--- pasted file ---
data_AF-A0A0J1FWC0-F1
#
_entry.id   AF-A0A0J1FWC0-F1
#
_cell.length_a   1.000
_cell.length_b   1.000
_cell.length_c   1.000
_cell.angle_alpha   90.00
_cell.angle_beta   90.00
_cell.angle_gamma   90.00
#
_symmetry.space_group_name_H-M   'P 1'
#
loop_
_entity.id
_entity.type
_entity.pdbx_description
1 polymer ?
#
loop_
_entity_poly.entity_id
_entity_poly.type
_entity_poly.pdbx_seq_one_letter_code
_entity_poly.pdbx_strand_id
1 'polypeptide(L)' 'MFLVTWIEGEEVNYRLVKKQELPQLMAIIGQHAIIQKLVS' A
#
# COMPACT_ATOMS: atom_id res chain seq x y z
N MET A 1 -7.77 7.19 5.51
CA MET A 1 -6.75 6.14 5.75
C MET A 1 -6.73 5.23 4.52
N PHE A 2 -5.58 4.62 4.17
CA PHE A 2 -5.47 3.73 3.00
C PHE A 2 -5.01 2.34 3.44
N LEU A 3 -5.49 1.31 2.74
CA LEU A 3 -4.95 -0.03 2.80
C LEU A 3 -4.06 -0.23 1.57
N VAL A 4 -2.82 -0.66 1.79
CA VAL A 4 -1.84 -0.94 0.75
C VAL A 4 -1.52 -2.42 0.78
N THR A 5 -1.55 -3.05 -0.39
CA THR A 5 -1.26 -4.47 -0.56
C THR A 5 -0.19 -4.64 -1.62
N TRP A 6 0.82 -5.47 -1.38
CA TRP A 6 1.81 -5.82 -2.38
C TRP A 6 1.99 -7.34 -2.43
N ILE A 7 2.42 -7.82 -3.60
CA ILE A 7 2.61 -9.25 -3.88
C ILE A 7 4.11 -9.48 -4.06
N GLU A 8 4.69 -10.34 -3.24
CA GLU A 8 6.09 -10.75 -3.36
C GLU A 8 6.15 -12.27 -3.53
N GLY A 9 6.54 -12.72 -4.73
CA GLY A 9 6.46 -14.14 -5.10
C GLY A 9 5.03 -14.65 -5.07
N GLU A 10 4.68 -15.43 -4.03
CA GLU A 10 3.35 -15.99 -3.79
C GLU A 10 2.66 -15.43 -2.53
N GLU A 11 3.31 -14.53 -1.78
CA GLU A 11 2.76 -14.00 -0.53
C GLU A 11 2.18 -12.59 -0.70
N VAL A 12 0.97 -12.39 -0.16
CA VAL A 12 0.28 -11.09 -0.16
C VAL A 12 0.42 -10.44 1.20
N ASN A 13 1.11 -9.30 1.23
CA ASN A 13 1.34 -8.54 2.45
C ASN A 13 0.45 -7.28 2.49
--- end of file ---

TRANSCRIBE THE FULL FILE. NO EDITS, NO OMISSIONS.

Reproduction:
data_AF-A0A0J1FWC0-F1
#
_entry.id   AF-A0A0J1FWC0-F1
#
_cell.length_a   1.000
_cell.length_b   1.000
_cell.length_c   1.000
_cell.angle_alpha   90.00
_cell.angle_beta   90.00
_cell.angle_gamma   90.00
#
_symmetry.space_group_name_H-M   'P 1'
#
loop_
_entity.id
_entity.type
_entity.pdbx_description
1 polymer ?
#
loop_
_entity_poly.entity_id
_entity_poly.type
_entity_poly.pdbx_seq_one_letter_code
_entity_poly.pdbx_strand_id
1 'polypeptide(L)' 'MFLVTWIEGEEVNYRLVKKQELPQLMAIIGQHAIIQKLVS' A
#
# COMPACT_ATOMS: atom_id res chain seq x y z
N MET A 1 -7.77 7.19 5.51
CA MET A 1 -6.75 6.14 5.75
C MET A 1 -6.73 5.23 4.52
N PHE A 2 -5.58 4.62 4.17
CA PHE A 2 -5.47 3.73 3.00
C PHE A 2 -5.01 2.34 3.44
N LEU A 3 -5.49 1.31 2.74
CA LEU A 3 -4.95 -0.03 2.80
C LEU A 3 -4.06 -0.23 1.57
N VAL A 4 -2.82 -0.66 1.79
CA VAL A 4 -1.84 -0.94 0.75
C VAL A 4 -1.52 -2.42 0.78
N THR A 5 -1.55 -3.05 -0.39
CA THR A 5 -1.26 -4.47 -0.56
C THR A 5 -0.19 -4.64 -1.62
N TRP A 6 0.82 -5.47 -1.38
CA TRP A 6 1.81 -5.82 -2.38
C TRP A 6 1.99 -7.34 -2.43
N ILE A 7 2.42 -7.82 -3.60
CA ILE A 7 2.61 -9.25 -3.88
C ILE A 7 4.11 -9.48 -4.06
N GLU A 8 4.69 -10.34 -3.24
CA GLU A 8 6.09 -10.75 -3.36
C GLU A 8 6.15 -12.27 -3.53
N GLY A 9 6.54 -12.72 -4.73
CA GLY A 9 6.46 -14.14 -5.10
C GLY A 9 5.03 -14.65 -5.07
N GLU A 10 4.68 -15.43 -4.03
CA GLU A 10 3.35 -15.99 -3.79
C GLU A 10 2.66 -15.43 -2.53
N GLU A 11 3.31 -14.53 -1.78
CA GLU A 11 2.76 -14.00 -0.53
C GLU A 11 2.18 -12.59 -0.70
N VAL A 12 0.97 -12.39 -0.16
CA VAL A 12 0.28 -11.09 -0.16
C VAL A 12 0.42 -10.44 1.20
N ASN A 13 1.11 -9.30 1.23
CA ASN A 13 1.34 -8.54 2.45
C ASN A 13 0.45 -7.28 2.49